We know they are coming, those longer nights. We know we will lose the sun. We string lights and burn candles and celebrate to chase away the enveloping dark. We know it is here. And yet we are startled, worried, surprised at the lingering darkness in the morning. Repeated glances at the clock to make sure of the time. To anchor us in our routines. Our commitments. Our lives.
The first night after the darkest night of the year is one of relief and celebration. So I’ve heard. But in the morning after that darkest night, when the tilt of the earth has barely, hardly, doubtfully welcomed the sun a moment earlier, I wonder. Or perhaps I worry. Will the dark push back, refuse to budge, revolt against the promise of the sun? What if Dawn has grown weary of bringing hope? What if we haven’t earned another go around? What if, what if we are just not worth it.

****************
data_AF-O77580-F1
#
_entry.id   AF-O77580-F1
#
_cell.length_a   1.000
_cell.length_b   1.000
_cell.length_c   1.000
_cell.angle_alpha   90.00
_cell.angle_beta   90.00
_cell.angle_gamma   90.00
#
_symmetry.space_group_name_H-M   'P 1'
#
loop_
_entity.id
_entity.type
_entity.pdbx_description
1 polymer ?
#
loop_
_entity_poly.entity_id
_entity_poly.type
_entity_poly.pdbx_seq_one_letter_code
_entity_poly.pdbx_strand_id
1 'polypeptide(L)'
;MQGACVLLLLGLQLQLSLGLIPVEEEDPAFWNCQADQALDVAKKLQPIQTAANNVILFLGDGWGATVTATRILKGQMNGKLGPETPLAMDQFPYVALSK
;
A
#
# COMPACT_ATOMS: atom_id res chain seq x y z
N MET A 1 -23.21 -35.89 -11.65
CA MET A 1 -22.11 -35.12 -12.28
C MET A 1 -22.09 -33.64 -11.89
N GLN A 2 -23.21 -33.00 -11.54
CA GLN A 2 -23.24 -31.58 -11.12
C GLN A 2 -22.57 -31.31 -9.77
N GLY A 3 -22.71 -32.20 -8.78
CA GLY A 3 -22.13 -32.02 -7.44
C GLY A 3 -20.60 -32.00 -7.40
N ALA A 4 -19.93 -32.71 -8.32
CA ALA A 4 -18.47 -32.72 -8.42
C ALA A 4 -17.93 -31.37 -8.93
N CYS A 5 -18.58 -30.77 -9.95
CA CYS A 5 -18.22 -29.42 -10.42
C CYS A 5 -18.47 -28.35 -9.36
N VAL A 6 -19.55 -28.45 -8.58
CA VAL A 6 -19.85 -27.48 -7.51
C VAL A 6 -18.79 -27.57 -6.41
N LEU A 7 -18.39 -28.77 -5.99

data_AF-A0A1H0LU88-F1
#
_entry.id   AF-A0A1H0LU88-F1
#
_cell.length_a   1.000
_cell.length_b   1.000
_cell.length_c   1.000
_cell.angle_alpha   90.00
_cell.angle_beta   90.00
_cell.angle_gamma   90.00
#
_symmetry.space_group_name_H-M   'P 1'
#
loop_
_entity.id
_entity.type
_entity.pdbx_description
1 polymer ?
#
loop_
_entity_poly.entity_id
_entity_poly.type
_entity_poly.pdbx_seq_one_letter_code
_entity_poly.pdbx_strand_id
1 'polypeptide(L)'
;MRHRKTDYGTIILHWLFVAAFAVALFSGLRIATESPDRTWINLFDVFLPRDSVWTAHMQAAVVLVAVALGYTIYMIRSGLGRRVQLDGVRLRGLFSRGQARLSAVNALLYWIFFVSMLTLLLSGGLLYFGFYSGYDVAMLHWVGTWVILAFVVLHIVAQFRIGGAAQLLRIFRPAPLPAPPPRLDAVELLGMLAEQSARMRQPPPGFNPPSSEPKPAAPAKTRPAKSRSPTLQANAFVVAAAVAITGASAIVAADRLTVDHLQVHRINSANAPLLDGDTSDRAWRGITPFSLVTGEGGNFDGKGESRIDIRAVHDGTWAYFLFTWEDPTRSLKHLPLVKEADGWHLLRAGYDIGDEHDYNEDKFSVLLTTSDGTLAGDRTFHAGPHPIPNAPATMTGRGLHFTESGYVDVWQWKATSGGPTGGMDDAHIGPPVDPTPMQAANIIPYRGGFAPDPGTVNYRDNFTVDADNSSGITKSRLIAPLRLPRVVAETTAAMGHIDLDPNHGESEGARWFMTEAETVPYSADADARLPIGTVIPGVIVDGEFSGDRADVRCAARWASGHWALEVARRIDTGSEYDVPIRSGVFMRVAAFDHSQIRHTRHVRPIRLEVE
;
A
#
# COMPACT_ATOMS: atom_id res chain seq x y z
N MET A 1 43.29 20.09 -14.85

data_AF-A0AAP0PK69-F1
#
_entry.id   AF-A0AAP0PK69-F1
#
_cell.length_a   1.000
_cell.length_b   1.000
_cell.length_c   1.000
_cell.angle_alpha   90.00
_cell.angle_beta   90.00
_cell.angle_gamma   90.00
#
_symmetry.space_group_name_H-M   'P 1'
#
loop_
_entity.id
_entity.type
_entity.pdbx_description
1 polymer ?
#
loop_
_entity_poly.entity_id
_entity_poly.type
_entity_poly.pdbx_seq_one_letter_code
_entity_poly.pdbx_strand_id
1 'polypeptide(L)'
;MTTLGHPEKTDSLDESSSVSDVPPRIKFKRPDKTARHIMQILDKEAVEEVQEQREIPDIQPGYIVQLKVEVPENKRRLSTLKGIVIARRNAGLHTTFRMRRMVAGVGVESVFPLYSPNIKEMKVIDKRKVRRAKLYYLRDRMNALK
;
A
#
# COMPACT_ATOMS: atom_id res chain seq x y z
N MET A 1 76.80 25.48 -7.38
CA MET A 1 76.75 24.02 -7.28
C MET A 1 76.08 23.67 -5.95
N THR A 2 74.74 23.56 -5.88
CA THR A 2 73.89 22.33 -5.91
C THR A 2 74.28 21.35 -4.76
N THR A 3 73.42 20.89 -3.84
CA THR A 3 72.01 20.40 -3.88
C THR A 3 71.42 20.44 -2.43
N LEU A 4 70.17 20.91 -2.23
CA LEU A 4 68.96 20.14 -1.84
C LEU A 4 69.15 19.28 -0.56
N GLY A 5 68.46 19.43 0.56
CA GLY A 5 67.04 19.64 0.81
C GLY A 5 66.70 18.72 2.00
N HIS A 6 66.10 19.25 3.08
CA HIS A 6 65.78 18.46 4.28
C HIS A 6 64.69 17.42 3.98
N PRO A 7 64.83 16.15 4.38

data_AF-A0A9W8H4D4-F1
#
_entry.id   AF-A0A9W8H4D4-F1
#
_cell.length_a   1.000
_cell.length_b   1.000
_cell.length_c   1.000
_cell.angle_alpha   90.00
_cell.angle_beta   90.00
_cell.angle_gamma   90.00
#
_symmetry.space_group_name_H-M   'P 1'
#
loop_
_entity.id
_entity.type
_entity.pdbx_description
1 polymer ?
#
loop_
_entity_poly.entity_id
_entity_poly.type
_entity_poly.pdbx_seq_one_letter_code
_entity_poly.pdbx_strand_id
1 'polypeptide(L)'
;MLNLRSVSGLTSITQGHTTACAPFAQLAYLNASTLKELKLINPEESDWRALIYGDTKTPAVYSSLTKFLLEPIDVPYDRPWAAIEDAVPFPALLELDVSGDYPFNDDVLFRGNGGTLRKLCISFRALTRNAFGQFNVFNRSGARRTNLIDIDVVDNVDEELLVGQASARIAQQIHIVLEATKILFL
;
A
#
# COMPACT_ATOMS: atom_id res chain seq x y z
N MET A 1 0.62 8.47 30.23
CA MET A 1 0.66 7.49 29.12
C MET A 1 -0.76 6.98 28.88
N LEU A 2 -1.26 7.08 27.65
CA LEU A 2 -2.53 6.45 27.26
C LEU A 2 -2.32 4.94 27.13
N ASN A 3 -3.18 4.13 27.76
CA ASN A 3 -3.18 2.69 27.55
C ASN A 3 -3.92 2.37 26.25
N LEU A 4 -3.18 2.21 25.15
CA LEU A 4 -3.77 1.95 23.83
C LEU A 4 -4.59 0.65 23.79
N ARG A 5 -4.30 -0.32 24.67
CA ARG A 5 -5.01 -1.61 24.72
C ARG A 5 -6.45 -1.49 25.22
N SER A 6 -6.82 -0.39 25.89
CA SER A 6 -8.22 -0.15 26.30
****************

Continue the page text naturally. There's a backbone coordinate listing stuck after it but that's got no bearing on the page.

And then, like emerging from a cloud of grief, like waking from a paralyzing dream, like choosing forgiveness, like saying no, Dawn slowly, firmly shrugs off the night and refuses to be overcome. She begins the cycle anew, not asking or caring if we will join her.